I am having trouble understanding this sentence from Living Latin: A Graded Reader:

Pro isto vestro in me officio pares agere gratias vix possum, referre nequaquam!

I guess it means something like

I can hardly thank you enough for this favor you have done for me, let alone repay it!

But I can't parse the grammar of the first part of the sentence, "in me officio" is "for me", but "pares" and "vestro" sound out of place to me. I am surprised there is no relative clause.

1 Answer 1


You have the general idea, but in me officio doesn't go together to mean 'for me.'

Pares modifies the accusative gratias, and the phrase means 'equal thanks.'

Vestro, like isto, modifies the ablative officio, which is the object of the preposition pro. Therefore the phrase means 'for that service/favor of yours.'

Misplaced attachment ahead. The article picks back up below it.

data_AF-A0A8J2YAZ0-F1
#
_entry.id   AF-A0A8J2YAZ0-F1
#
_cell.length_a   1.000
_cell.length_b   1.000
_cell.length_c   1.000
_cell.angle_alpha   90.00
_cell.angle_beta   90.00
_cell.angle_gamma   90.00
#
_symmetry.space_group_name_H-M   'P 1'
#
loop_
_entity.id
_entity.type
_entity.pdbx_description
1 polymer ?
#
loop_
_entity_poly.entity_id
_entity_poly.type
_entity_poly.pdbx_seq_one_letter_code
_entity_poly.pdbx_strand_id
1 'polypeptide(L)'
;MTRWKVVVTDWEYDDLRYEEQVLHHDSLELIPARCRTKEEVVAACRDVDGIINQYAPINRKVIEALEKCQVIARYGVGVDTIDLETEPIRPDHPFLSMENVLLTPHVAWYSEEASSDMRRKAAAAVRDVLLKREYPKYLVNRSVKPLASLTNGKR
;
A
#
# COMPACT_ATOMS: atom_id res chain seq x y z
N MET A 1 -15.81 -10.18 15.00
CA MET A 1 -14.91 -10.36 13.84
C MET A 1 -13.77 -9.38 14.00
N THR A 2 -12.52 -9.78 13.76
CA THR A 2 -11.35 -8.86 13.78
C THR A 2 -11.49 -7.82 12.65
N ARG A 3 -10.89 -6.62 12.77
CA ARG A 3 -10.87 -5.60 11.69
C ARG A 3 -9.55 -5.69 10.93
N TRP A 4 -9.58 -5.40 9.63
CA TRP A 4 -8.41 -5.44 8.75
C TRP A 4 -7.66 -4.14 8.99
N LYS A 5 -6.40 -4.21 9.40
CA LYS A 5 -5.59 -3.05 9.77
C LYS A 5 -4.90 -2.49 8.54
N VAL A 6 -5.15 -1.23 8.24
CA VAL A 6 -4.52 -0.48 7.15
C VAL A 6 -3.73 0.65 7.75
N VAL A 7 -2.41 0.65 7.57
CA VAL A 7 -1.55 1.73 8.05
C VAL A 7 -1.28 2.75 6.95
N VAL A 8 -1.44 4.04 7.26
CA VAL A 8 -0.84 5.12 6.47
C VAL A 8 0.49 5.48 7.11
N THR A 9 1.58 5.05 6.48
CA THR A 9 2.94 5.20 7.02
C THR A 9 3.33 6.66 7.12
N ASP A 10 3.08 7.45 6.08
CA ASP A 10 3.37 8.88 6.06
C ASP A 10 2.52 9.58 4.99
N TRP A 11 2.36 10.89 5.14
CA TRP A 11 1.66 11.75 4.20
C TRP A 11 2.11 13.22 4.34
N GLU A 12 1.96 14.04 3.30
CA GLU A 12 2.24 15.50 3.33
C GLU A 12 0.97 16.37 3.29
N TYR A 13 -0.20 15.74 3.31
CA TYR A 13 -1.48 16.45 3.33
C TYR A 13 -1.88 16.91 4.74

The prepositional phrase in me (where me is accusative) limits officio, 'duty toward me.'

Therefore, the first part of the sentence means, 'I am scarcely able to give equal thanks for that service/favor of yours toward me.' A relative clause could have been used to express 'that service/favor that you did for me,' but the prepositional phrase (in me) gets the idea across just as well and without cluttering the sentence.

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